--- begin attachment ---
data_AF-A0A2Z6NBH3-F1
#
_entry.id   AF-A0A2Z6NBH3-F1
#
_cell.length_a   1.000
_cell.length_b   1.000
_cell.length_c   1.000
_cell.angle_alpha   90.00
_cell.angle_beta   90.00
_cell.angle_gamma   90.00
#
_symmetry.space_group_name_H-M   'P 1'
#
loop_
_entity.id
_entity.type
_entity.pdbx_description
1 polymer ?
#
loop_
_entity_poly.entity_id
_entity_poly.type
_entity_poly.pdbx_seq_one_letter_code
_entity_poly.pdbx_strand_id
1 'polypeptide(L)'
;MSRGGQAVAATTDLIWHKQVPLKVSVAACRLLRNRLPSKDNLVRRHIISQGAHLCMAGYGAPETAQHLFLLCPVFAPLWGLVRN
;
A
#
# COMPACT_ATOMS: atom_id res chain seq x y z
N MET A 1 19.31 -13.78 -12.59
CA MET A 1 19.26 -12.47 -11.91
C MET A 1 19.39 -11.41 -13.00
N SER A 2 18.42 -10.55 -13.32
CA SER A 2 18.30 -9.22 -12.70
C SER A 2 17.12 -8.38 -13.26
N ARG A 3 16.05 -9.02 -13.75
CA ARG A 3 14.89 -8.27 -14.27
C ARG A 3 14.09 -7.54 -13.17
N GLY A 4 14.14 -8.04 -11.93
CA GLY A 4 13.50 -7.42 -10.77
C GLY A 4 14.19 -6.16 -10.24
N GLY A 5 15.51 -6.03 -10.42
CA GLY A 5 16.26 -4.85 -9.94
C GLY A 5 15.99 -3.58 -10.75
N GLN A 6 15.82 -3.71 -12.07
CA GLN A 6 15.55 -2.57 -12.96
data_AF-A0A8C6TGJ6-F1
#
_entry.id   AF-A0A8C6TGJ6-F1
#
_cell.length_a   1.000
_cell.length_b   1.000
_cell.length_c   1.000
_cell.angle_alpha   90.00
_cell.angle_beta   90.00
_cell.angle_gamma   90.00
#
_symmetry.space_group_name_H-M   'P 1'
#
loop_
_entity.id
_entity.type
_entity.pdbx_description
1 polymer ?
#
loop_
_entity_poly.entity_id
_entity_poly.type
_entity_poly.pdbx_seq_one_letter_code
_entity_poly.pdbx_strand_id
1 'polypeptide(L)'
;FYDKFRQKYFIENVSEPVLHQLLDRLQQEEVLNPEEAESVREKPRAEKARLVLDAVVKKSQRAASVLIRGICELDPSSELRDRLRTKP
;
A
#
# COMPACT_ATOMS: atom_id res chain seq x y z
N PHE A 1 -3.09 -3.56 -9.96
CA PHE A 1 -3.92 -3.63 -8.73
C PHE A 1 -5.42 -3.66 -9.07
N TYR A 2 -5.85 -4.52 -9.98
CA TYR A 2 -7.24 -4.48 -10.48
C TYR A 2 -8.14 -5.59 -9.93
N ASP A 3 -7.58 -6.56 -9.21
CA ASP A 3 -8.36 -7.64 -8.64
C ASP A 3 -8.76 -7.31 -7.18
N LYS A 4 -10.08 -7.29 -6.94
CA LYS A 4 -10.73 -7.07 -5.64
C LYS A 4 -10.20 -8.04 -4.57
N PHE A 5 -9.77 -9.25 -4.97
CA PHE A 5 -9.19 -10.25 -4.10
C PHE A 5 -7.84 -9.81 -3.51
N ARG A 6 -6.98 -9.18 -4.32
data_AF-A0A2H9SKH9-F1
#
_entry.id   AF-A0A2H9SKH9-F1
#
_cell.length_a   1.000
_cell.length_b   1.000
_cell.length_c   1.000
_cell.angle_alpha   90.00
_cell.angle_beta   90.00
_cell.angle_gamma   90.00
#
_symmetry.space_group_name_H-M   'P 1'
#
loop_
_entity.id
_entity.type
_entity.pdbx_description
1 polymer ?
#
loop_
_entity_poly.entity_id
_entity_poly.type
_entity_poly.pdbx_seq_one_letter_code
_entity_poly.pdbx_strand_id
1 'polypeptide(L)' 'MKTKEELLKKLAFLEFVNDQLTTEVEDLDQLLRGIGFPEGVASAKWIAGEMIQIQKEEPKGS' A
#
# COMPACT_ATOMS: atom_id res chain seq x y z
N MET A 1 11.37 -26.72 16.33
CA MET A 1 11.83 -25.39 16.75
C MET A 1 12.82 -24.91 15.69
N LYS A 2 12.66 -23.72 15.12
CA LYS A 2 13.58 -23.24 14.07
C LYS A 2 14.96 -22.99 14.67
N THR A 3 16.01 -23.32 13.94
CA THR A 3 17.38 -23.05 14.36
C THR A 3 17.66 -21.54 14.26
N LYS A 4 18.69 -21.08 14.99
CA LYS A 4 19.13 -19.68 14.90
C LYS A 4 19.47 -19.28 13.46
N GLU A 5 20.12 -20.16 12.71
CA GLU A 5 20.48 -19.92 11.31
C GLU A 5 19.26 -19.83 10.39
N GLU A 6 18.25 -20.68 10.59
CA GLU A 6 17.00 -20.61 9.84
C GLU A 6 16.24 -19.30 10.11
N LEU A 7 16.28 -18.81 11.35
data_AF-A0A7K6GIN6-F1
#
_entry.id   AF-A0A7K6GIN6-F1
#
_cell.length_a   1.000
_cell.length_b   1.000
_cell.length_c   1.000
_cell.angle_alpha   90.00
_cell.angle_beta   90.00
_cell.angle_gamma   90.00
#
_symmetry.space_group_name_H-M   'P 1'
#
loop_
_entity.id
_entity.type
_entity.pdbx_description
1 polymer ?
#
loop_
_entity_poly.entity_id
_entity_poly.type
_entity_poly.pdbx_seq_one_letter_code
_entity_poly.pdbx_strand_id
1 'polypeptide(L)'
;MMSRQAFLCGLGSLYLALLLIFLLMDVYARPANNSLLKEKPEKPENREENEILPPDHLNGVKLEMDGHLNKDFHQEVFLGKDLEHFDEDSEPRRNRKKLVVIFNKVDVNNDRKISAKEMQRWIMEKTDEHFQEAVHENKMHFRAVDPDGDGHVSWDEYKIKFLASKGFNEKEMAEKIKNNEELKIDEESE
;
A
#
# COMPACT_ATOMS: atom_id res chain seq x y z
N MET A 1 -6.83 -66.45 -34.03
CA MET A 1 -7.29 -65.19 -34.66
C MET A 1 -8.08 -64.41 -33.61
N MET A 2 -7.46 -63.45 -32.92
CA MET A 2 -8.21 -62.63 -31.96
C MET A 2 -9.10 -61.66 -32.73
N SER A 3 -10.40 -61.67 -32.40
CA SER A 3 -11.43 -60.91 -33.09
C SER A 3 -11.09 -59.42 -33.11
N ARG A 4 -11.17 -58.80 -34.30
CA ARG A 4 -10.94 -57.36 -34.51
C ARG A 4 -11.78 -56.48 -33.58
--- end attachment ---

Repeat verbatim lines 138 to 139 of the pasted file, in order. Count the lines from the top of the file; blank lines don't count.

C GLU A 6 16.24 -19.30 10.11
N LEU A 7 16.28 -18.81 11.35